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Report: Chuck Liddell vs Tito Ortiz 3 had really low PPV buys

The trilogy between Chuck Liddell and Tito Ortiz unsurprisingly didn’t draw much on pay-per-view.

Boxing: Canelo vs GGG 2 - Weigh Ins Joe Camporeale-USA TODAY Sports

While Oscar De La Hoya initially claimed 200,000-400,000 PPV buys was a “no brainer” for Chuck Liddell vs Tito Ortiz 3, it didn’t quite reach that number. In fact, according to reporters from LA Times and Yahoo! Sports, the buy-rate was closer to a tenth of what Golden Boy was targeting.

Historically, non-UFC promotions have never really done well on pay-per-view. Add the embarrassing promotional push done for this show, and it’s not surprising that not many people cared enough to shell out $40 to watch two retired fighters compete.

The good thing is that with both headliners reportedly getting 30% of the entire revenue for the show, that still ends up as a pretty good payday for two clearly over the hill fighters.

The live gate was reportedly at $731,226, and PPV revenue would be at around $1-1.2 million at the $40 price point. Add merchandise, sponsorships, any other international deals, and revenue sources, and both Ortiz and Liddell will have a decent chunk of money added to their base pay of $200k and $250k respectively.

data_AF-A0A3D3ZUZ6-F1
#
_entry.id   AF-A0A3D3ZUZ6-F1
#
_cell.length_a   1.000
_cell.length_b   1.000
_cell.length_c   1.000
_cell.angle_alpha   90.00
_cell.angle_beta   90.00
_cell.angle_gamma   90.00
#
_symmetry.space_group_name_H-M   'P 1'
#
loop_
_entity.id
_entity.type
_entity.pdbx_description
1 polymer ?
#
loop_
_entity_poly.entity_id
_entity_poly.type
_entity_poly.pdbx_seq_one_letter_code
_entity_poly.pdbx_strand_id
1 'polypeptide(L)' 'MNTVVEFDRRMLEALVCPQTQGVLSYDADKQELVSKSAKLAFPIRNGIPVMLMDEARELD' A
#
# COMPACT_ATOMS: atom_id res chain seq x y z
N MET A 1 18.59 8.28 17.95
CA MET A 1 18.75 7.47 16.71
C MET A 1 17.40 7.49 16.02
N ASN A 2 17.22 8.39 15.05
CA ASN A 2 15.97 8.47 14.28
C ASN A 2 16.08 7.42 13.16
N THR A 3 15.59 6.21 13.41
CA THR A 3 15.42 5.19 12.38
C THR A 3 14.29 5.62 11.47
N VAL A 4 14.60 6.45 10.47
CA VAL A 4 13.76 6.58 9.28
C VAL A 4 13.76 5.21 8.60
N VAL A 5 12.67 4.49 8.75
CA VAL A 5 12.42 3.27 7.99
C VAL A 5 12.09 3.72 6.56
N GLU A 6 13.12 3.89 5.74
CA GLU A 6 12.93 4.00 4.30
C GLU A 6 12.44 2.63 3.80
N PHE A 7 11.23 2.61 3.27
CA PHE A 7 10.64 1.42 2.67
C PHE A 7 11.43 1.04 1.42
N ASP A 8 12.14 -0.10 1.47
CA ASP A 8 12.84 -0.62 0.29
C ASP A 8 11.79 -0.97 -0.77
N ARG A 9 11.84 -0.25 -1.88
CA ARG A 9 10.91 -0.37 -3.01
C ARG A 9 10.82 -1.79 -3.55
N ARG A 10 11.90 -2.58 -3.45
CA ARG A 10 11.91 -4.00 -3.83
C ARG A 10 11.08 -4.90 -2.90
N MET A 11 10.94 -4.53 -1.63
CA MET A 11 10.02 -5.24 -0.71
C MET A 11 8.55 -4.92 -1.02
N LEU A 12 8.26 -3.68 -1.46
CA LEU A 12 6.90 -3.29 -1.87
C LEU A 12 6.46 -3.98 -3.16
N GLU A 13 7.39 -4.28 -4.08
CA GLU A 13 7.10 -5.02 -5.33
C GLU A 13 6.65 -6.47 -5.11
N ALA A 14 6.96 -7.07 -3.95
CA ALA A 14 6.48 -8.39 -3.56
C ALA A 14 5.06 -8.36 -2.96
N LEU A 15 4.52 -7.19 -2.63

At just 25-30K PPV buys, it’s unlikely that Ortiz and Liddell would “make the most money they’ve ever made”, as De La Hoya boldly claimed. But like his early projections of 400K buys, these lines always felt like typical promoterspeak anyway.

At the end of the day, they earned significantly more than what any promotion would give two fighters pushing 50, and it just makes one wonder how much money the top stars in the sport would make if the UFC gave a bigger slice of the pie.

Here’s an interesting comparison to Liddell vs Ortiz 2, which reportedly drew over a million buys back in 2006.

As it stands, it’s been estimated that the UFC gives just roughly around 15% of their revenue to the fighters.